Pioneering smart technology study wins backing of those affected by dementia

Nearly 250 people from across Surrey and NE Hants have so far come forward to take part in a new study

Nearly 250 people from across Surrey and North East Hampshire have so far come forward to take part in a ground-breaking, new study that uses smart technology to support people with dementia who live at home.

The £5.2 million study, called TIHM for dementia, is being launched by mental health trust, Surrey and Borders Partnership NHS Foundation Trust, and is funded by the Department of Health. The aim of the study is to help clinicians remotely monitor the health of people with dementia so that they can step in quickly to support someone if they become unwell.

People who have so far signed up to TIHM for dementia have welcomed the study, saying they believe it represents a significant, new approach to supporting people with dementia and carers.

The study is based on the use of small technological devices that are placed around the home or worn that are able to monitor a person’s health in real time 24/7. These devices can, for example, detect if someone has left the house, had a fall, used the bathroom more than usual, had a restless night or is not following normal patterns of behaviour for eating or drinking. If the technology identifies a problem, an alert is issued that is then followed up by a clinician.

Beryl Parker, a carer from Aldershot, said: “I think the study is a wonderful idea. I am so pleased that something positive is happening to support people with this condition. There is no cure for dementia, there are only delaying tactics, and we need to have something that offers us hope to cope with the day to day challenges of a condition that affects so many people.

“I think for people taking part, this study could help to provide them with some peace of mind.”

Another carer from Farnham, Ray Ledge, who looks after his wife Carol, said: “The greatest thing about this study is that it could develop into something very positive for the future and that it will also give the medical community a greater insight into the condition.

“I can see the study will help to take some of the pressure off of the carer and I think that both my wife and I could benefit from this.  Ray’s wife Carol, said: “I think this approach could definitely help me to lead a more independent life for longer.”

To take part in TIHM for dementia, a person must live in Surrey or NE Hampshire and have a partner, relative, friend or a paid carer who is also willing to be involved. Surrey and Borders Partnership is working closely with the Alzheimer’s Society to recruit participants and is looking for a further 550 ‘couples’ – that is a person with dementia and someone who cares for them - to get involved.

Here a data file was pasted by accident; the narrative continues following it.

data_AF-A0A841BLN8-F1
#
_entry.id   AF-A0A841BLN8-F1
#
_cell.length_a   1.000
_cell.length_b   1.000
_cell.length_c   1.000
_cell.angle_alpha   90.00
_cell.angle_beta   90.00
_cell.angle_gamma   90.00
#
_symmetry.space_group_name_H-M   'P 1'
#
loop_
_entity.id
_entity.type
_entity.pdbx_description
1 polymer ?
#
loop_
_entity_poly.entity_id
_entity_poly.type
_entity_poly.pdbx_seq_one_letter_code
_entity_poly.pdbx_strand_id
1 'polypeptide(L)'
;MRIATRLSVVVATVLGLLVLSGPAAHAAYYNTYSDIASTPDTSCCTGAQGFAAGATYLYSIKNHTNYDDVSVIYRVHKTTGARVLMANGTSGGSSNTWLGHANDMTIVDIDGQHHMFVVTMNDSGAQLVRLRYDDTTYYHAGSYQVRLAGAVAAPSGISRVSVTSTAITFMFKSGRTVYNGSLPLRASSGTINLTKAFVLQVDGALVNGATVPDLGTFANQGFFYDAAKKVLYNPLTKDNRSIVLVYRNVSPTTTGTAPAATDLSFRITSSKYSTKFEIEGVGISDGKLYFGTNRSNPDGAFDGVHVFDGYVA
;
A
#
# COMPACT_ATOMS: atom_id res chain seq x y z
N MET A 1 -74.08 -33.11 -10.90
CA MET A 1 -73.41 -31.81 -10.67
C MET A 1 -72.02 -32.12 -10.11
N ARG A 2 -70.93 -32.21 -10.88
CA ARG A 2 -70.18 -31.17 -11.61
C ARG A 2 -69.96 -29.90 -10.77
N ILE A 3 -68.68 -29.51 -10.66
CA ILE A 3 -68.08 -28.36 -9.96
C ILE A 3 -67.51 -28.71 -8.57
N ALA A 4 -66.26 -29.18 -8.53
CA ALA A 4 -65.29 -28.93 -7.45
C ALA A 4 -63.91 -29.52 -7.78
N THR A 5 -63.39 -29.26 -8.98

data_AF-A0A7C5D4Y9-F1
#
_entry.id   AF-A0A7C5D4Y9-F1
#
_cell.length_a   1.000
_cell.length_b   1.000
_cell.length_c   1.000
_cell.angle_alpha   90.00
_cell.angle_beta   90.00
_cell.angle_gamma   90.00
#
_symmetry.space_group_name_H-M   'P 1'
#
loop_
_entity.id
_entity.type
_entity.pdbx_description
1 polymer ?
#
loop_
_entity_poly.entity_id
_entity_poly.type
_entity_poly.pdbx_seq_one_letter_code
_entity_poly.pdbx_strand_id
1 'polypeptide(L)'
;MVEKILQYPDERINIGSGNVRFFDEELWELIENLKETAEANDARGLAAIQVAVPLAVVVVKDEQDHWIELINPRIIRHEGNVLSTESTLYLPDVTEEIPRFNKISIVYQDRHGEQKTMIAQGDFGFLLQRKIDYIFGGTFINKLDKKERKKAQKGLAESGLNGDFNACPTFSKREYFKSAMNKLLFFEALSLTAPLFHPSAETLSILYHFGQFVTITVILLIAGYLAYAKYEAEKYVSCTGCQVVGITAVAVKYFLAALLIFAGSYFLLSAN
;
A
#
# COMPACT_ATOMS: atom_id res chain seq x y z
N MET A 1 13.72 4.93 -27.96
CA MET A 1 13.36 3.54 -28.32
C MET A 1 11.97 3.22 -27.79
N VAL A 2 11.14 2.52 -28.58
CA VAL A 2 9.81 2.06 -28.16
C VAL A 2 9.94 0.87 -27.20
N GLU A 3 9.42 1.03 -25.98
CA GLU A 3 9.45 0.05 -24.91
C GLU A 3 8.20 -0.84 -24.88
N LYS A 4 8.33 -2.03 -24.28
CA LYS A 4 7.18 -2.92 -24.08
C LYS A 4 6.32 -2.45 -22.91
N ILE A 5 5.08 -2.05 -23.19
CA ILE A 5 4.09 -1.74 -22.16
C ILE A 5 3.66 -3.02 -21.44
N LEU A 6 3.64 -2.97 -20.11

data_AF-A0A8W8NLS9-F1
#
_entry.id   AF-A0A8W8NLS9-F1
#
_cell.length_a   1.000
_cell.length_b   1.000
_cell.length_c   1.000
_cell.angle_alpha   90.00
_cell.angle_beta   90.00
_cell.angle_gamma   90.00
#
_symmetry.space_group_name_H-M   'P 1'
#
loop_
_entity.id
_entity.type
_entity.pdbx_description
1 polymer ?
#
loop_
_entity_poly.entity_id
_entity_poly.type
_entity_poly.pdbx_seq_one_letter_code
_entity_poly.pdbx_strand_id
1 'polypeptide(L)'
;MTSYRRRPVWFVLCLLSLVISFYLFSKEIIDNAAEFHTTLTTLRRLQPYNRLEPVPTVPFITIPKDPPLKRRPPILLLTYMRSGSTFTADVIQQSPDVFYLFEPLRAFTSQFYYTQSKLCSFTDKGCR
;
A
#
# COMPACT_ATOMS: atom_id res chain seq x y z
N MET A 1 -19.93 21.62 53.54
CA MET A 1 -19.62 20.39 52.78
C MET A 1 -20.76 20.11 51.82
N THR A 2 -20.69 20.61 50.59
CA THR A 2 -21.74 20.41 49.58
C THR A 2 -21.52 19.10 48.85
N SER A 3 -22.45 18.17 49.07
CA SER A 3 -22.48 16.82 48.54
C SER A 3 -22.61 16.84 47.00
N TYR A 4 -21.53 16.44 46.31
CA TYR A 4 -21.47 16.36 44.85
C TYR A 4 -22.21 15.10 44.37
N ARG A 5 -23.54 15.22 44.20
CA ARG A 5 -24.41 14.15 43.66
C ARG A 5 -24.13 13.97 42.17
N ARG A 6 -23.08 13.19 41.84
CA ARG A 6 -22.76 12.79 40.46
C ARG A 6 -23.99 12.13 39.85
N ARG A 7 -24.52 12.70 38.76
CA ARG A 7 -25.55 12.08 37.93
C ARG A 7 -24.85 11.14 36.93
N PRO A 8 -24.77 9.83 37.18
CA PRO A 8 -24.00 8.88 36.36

People recruited onto the study will start to receive the technology early in the New Year. On average, the study will be rolled out to 50 homes a month during 2017. The study is being run on a randomised control basis so half of those consented onto the study will receive the technology. The remaining half will not receive the devices but will form the control group. This will help the study to better assess the difference the technology is making to people’s lives.

Most of the devices that will be installed in people’s homes are in the background but some actively interact with a person to find out how they are feeling and remind them to take their medication.

Clinicians at Surrey and Borders Partnership will monitor the real time data that is collected by the devices and respond to any alerts.  Carers can opt to have an app that will also alert them to any problems.  

Dr Helen Rostill, Director of Innovation and Development at Surrey and Borders Partnership who is leading the study, said: “We are delighted with the response we have had so far to the study. It is clear people are desperate for a new approach to help support them manage this condition and can already see how this study could benefit them.”

TIHM for dementia is one of seven NHS England Innovation Test Beds and one of only two specifically looking at how the internet of things can be used to help the NHS support people facing some of the most complex health issues.